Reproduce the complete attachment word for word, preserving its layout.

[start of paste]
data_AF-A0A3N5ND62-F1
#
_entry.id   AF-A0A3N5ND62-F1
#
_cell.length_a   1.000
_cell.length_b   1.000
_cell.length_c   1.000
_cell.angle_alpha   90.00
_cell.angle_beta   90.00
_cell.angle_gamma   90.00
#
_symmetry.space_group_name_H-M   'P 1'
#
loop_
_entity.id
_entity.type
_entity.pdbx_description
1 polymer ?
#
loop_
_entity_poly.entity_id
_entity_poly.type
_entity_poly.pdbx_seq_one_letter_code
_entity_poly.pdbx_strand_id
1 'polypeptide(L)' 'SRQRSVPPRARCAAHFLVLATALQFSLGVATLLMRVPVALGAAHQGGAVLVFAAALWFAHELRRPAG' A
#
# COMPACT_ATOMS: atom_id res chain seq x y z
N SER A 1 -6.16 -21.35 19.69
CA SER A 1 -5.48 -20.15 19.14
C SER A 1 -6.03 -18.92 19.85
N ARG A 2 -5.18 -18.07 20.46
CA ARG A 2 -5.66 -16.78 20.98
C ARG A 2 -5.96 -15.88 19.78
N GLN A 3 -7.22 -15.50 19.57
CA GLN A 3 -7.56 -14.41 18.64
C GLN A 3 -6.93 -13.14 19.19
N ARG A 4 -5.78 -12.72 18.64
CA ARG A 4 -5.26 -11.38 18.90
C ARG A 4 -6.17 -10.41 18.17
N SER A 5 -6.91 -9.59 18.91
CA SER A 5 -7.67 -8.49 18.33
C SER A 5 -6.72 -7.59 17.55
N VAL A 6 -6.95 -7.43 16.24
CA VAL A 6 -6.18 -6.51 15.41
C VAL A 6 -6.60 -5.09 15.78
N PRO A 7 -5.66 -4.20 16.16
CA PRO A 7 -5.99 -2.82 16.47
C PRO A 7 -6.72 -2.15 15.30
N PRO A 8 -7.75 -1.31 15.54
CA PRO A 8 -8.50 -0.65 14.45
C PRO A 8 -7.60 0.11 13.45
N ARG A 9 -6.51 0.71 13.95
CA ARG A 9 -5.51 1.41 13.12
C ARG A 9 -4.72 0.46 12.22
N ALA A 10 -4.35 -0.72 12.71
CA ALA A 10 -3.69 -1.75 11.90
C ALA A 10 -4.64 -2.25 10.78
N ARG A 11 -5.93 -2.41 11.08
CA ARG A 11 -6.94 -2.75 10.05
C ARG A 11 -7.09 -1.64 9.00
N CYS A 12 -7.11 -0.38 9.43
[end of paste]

data_AF-A0A3N5ND62-F1
#
_entry.id   AF-A0A3N5ND62-F1
#
_cell.length_a   1.000
_cell.length_b   1.000
_cell.length_c   1.000
_cell.angle_alpha   90.00
_cell.angle_beta   90.00
_cell.angle_gamma   90.00
#
_symmetry.space_group_name_H-M   'P 1'
#
loop_
_entity.id
_entity.type
_entity.pdbx_description
1 polymer ?
#
loop_
_entity_poly.entity_id
_entity_poly.type
_entity_poly.pdbx_seq_one_letter_code
_entity_poly.pdbx_strand_id
1 'polypeptide(L)' 'SRQRSVPPRARCAAHFLVLATALQFSLGVATLLMRVPVALGAAHQGGAVLVFAAALWFAHELRRPAG' A
#
# COMPACT_ATOMS: atom_id res chain seq x y z
N SER A 1 -6.16 -21.35 19.69
CA SER A 1 -5.48 -20.15 19.14
C SER A 1 -6.03 -18.92 19.85
N ARG A 2 -5.18 -18.07 20.46
CA ARG A 2 -5.66 -16.78 20.98
C ARG A 2 -5.96 -15.88 19.78
N GLN A 3 -7.22 -15.50 19.57
CA GLN A 3 -7.56 -14.41 18.64
C GLN A 3 -6.93 -13.14 19.19
N ARG A 4 -5.78 -12.72 18.64
CA ARG A 4 -5.26 -11.38 18.90
C ARG A 4 -6.17 -10.41 18.17
N SER A 5 -6.91 -9.59 18.91
CA SER A 5 -7.67 -8.49 18.33
C SER A 5 -6.72 -7.59 17.55
N VAL A 6 -6.95 -7.43 16.24
CA VAL A 6 -6.18 -6.51 15.41
C VAL A 6 -6.60 -5.09 15.78
N PRO A 7 -5.66 -4.20 16.16
CA PRO A 7 -5.99 -2.82 16.47
C PRO A 7 -6.72 -2.15 15.30
N PRO A 8 -7.75 -1.31 15.54
CA PRO A 8 -8.50 -0.65 14.45
C PRO A 8 -7.60 0.11 13.45
N ARG A 9 -6.51 0.71 13.95
CA ARG A 9 -5.51 1.41 13.12
C ARG A 9 -4.72 0.46 12.22
N ALA A 10 -4.35 -0.72 12.71
CA ALA A 10 -3.69 -1.75 11.90
C ALA A 10 -4.64 -2.25 10.78
N ARG A 11 -5.93 -2.41 11.08
CA ARG A 11 -6.94 -2.75 10.05
C ARG A 11 -7.09 -1.64 9.00
N CYS A 12 -7.11 -0.38 9.43